Huron County budget set with three per cent tax increase - Feb. 8, 2018
BY SHAWN LOUGHLIN
Huron County Council has opted to increase its tax levy by three per cent, funding additional increases to the budget from its reserves.
Council made the decision at an all-day budget meeting held in Goderich last week. The 2018 budget will now officially be considered at the March 7 meeting of council.
The three per cent budget increase means that $1.12 million would be funded from the county’s reserves. In addition, nearly $900,000 of items listed to be potentially be cut from the budget were kept in the budget.
With over $44 million in reserves, councillors said they were comfortable taking just over $1 million out of reserves to help keep the tax levy increase relatively low.
Treasurer Michael Blumhagen told councillors that he began the process with a nearly eight per cent tax levy increase. However, he had suggested taking two per cent of that increase from reserves, leaving council with a 5.89 per cent tax levy increase to debate at the beginning of the meeting.
In his presentation to council, Blumhagen said that he felt the budget was rather lean. With exception to the proposed potential cuts of $934,765, he didn’t see many other areas that could sustain further cuts. Without eliminating staff or affecting service levels, Blumhagen said he felt the budget was as efficient as it could be.
With nearly 550 full-time employees throughout the county’s departments, salaries and benefits represent nearly half of the county budget, Blumhagen said. If council wanted to impose further cuts on the budget, staffing levels, while unpopular, seemed like a natural place to investigate.
He also said, however, that he is anticipating a surplus of approximately $1 million at the end of 2017, which would be carried over into the 2018 budget.
He did say that at a three per cent increase to the tax levy, the county would be below its 18-year average increase of 4.53 per cent. He did note, however, that the average was certainly affected by tax levy increases of 20 per cent in 2004 and 17.38 per cent in 2005. But, with a three per cent increase, he said he felt council was appropriately poised within its actions of the past 18 years.
He also said that the county has been doing a great job of keeping up with inflation at the municipal rate, which has been rising more rapidly than consumer inflation.
Blumhagen did say that the county would be facing capital project pressures in the public works department in the coming years as infrastructure continues to deteriorate. He anticipated projects costing over $230 million in the next 30-40 years.
Huron East Mayor Bernie MacLellan proposed a concept for borrowing funds from Infrastructure Ontario over that time, saying that funds could be borrowed at under two per cent interest, which would be less than the cost of inflation. Perhaps, he said, it would be in the best interest of the county to look at a large amount of long-term lending every year to get ahead of inflation.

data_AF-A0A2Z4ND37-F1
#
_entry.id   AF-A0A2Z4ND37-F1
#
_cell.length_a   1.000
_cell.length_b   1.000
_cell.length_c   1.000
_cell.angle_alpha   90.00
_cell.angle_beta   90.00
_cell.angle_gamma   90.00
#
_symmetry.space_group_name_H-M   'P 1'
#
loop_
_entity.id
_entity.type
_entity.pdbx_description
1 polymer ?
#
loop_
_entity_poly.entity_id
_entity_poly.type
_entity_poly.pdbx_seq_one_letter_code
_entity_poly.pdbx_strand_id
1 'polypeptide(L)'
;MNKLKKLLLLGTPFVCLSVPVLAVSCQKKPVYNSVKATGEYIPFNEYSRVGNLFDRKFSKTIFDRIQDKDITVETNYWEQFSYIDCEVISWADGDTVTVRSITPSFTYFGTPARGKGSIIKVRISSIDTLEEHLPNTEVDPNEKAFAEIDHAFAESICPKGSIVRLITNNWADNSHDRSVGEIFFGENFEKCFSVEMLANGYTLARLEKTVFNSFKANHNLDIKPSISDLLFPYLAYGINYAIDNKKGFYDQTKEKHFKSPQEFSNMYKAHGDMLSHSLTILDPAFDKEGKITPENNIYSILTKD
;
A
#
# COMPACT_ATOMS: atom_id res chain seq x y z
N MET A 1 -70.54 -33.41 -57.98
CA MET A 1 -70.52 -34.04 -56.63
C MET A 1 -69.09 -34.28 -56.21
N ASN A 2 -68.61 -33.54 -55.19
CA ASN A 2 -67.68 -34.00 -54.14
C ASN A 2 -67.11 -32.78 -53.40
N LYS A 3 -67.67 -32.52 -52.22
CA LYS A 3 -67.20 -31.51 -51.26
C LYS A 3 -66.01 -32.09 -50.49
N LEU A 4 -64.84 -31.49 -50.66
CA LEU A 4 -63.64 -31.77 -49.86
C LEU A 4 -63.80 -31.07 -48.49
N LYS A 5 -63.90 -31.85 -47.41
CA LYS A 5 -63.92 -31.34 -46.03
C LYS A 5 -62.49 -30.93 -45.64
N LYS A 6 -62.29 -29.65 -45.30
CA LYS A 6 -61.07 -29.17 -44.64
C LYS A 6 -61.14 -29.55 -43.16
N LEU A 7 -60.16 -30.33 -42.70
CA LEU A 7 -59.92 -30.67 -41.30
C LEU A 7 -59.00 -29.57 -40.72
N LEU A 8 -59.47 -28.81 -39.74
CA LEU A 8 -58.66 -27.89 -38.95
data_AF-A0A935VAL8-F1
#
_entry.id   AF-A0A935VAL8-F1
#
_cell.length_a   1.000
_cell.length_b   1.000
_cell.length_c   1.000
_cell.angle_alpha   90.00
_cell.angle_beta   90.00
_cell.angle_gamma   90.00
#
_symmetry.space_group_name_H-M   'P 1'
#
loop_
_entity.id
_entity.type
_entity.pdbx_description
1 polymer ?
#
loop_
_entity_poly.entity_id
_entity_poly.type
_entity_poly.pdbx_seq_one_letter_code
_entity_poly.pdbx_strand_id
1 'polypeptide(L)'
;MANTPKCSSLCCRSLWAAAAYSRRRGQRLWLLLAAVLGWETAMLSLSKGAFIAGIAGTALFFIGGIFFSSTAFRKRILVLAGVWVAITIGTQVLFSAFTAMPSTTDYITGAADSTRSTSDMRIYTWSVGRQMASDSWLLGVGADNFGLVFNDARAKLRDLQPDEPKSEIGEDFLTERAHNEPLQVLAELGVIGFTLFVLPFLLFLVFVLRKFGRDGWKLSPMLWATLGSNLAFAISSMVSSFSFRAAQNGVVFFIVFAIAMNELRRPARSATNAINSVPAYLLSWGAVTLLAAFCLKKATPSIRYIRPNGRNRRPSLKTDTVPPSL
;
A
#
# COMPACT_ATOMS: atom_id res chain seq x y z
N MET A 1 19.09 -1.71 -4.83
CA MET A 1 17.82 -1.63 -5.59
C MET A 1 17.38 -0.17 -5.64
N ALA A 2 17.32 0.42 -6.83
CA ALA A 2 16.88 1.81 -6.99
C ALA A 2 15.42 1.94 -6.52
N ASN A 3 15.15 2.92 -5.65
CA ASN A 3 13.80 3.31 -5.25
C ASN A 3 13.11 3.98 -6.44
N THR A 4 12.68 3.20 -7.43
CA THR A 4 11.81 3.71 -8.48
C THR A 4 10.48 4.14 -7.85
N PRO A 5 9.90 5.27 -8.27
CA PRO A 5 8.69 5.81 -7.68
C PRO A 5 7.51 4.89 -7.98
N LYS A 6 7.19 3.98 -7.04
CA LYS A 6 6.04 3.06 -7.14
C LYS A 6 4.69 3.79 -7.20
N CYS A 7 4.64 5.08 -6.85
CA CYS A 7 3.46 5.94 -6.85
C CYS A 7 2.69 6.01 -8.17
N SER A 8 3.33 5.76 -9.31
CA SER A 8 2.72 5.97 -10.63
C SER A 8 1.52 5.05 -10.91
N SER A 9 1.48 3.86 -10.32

However, that concept was too high-level for the ongoing budget deliberations and was scrapped for a future discussion.
South Huron Mayor Maureen Cole suggested that MacLellan’s idea be discussed at an upcoming strategic planning session later this year.
While each department began reviewing its proposed items to be cut, MacLellan said he felt like council was “nickel-and-diming” its departments and felt that reviewing each specific item was a fool’s errand.
Council did, however, decide to cut the budget for replacing defibrillators throughout the county in half.
Of the 86 public-use defibrillators in Huron County, Emergency Services Manager Jeff Horseman said that most of them were over 10 years old, which is past their life expectancy.
Horseman said that his plan was to replace half of the machines this year and the other half next year.
The plan, he said, only applied to defibrillators placed by the county. It doesn’t apply to those placed by the Dave Mounsey Memorial Fund or other service organizations throughout the county.
Council opted to cut that budget from $70,000 to $35,000 and replace the defibrillators on an emergency basis, as he said the units are all currently operational, despite their age. In the meantime, county staff was instructed to contact the Fund and service groups about potentially stepping up to replace these to alleviate county pressures in that department.
Horseman told councillors that while the defibrillators are not mandatory in public buildings, it has gotten to the point that most residents expect them to be there. He also said that the county could be opening itself up to liability if they failed to replace the machines.
In other additions to the budget, council opted to increase the annual Huron Clean Water Project allotment from $300,000 to $400,000 and add one more full-time employee to the Planning and Development Department to help aid in long-term planning projects on which the department has been falling behind due to day-to-day planning pressures.
It was Ashfield-Colborne-Wawanosh Reeve Ben Van Diepenbeek who suggested the three per cent increase to the tax levy with the remainder of the budget to be funded from reserves.
Council voted to approve Van Diepenbeek’s proposal. The budget will be up for discussion as part of a public meeting on Wednesday, March 7 at 9 a.m. in Goderich.